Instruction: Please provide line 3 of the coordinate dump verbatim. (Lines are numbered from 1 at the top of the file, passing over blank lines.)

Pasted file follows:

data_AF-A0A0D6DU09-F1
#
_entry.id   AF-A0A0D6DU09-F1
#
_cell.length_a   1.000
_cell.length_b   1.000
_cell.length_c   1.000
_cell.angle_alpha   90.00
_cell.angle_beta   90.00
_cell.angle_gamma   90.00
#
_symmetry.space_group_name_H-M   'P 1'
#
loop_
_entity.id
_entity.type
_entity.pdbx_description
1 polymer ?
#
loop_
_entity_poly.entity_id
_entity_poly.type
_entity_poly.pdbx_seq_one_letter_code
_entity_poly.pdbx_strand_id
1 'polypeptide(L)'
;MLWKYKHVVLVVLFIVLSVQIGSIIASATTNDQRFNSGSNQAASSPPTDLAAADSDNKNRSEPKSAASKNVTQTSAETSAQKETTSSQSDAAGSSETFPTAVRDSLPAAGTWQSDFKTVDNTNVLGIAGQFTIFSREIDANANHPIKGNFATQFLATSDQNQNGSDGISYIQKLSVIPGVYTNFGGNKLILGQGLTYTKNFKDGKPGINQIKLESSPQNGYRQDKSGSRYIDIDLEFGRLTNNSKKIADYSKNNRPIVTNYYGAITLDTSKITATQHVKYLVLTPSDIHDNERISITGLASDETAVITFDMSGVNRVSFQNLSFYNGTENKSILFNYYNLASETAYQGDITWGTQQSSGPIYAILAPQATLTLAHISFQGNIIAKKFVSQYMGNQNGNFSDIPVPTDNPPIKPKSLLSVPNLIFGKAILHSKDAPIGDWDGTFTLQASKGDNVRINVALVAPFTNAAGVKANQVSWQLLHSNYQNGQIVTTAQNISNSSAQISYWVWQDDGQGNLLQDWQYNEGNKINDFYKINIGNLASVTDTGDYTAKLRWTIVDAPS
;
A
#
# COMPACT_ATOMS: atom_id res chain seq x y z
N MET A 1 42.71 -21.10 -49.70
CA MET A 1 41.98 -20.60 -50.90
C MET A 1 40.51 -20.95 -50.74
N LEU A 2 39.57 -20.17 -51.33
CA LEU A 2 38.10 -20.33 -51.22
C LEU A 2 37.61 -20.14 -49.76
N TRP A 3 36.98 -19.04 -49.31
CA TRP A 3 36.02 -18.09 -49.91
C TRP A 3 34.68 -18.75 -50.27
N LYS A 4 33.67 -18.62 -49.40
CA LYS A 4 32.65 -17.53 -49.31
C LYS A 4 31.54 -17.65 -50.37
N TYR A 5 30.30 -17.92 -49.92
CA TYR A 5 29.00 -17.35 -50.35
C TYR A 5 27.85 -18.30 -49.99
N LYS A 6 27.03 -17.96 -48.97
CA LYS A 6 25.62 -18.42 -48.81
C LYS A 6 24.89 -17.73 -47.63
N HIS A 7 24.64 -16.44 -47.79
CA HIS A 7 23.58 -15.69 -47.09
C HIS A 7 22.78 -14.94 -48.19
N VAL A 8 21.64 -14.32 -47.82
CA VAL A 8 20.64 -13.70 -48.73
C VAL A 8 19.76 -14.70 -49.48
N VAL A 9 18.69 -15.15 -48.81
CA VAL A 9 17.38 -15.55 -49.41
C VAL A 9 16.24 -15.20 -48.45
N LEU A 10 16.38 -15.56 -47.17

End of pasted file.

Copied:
_entry.id   AF-A0A0D6DU09-F1